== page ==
COLUMBIA, S.C. (WIS) - South Carolina is one of the respondents in a Supreme Court case dominating the hearings for President Trump’s Supreme Court nominee, Amy Coney Barrett. The case, California v. Texas, could reshape healthcare policy in the U.S.
South Carolina is part of the group of states, with Texas taking lead, arguing the entire Affordable Care Act, Obamacare, should be struck down.
The basis for removing the law centers around the changes Congress made to the individual mandate, the part of the law that initially requiring people to pay a tax penalty if they didn’t have health insurance, in the Tax Cuts and Jobs Act.
“In 2017…Congress eliminated [the individual mandate], but the way they did it was instead of erasing it from the law, they dropped the penalty to zero,” University of South Carolina Assistant Professor of Health Law Jesse Cross said.
In addition to a technical question about the parties' standing to challenge the law, Cross explained the court now is faced with two questions.
“One, is it constitutional to still have a zero-dollar penalty in the law? And two, can the rest of the act survive without it if that provision is unconstitutional?” he said.
Cross says you can think of the current state of Obamacare as a house.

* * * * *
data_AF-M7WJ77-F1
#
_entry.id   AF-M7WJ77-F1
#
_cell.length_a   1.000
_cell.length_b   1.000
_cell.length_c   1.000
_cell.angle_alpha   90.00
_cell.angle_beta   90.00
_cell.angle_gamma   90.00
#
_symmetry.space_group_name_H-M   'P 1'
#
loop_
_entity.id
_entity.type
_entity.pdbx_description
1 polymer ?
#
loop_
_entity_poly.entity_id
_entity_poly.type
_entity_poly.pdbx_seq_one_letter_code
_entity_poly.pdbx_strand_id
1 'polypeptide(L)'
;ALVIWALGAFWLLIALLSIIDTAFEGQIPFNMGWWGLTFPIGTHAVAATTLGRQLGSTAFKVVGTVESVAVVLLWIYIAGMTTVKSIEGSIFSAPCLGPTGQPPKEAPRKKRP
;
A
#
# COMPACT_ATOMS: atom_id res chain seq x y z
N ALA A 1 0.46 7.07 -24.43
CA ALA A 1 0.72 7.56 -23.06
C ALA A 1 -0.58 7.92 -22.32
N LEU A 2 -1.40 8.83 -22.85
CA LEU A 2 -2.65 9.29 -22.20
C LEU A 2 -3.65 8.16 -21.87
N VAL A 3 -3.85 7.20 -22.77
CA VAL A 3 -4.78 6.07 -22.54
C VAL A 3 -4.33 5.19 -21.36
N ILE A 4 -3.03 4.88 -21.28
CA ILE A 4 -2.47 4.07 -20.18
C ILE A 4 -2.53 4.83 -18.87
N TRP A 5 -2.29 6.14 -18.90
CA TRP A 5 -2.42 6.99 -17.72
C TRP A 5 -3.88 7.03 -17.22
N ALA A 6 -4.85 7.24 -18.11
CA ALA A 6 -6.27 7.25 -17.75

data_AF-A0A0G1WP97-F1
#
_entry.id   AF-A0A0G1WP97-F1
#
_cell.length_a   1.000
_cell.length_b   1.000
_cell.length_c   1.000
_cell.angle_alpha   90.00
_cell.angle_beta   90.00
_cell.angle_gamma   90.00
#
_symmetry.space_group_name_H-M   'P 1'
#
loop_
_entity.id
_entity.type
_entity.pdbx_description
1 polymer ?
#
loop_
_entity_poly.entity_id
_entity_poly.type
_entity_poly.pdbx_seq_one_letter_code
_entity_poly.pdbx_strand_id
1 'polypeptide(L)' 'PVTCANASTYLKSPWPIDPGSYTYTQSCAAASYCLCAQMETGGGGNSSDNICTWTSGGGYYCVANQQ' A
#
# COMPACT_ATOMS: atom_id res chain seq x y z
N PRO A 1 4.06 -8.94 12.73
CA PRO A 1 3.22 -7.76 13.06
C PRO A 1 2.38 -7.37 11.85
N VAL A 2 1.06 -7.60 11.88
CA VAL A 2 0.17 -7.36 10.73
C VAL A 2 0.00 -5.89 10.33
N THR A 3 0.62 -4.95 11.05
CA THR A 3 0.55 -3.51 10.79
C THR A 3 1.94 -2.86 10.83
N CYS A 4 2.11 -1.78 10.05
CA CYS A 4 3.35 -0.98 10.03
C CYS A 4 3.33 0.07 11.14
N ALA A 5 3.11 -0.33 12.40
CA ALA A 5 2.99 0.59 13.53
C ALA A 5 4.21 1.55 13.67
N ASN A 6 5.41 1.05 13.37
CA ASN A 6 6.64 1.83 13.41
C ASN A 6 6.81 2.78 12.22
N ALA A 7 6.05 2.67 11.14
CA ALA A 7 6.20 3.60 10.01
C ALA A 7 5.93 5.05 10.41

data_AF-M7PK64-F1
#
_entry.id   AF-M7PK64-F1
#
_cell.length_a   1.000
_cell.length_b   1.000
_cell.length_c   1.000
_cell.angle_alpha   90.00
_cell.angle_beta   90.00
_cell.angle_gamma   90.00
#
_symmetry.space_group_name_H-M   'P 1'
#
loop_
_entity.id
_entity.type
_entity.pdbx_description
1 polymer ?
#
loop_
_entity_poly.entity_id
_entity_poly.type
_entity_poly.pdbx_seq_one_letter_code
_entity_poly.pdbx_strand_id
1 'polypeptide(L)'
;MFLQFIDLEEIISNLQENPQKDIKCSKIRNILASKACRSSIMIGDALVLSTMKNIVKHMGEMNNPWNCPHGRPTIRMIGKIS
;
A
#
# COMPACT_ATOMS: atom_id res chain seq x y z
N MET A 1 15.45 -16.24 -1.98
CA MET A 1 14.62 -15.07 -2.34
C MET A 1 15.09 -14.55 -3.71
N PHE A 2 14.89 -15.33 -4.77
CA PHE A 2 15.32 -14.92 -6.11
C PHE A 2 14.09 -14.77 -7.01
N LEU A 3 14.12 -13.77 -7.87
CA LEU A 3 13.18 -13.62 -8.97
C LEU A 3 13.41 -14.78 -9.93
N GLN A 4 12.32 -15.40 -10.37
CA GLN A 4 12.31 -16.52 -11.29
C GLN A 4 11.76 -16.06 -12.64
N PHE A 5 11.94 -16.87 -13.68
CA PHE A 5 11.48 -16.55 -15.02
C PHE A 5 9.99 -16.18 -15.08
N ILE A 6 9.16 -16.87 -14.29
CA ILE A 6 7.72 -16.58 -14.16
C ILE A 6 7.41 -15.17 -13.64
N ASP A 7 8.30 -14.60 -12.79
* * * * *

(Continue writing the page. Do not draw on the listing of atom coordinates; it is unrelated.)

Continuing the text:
Using this metaphor, the individual mandate originally designed as one of the house’s pillars.
Cross says despite people originally believe that the mandate was holding up the whole house, a couple of years later people found removing the pillar wouldn’t leave the whole house in shambles.
As Cross explained, while an original pillar of the ACA looked nice, it wasn’t doing all the work people expected it to do – and, it turned out, it didn’t need to do that work in order for the law to function, Cross explained.
“The experience so far has been that insurers can survive just so far without it. Generally, the market experience has been that you can remove that individual mandate and the rest of the Affordable Care Act will still create a profitable, functional, insurance market,” he said.
The Supreme Court will be faced with the question of whether the rest of the house needs to be removed if the pillar is taken away.
While similar cases have come to the Supreme Court before, a full challenge to the Affordable Care Act has not previously come up with Justice Kavanaugh or Gorsuch on the bench.
So, what can the Court do?
If the Court decides that this pillar must go, it can use what’s called severability, Cross said. That means keeping parts of the law while losing others. For example, parts of the wide-ranging law like Medicare cost reductions could remain while preexisting conditions could go. If not, the whole house could come apart while the law is struck down.
That case comes up for oral arguments on November 10th. And most likely be decided, according to Cross, in 2021.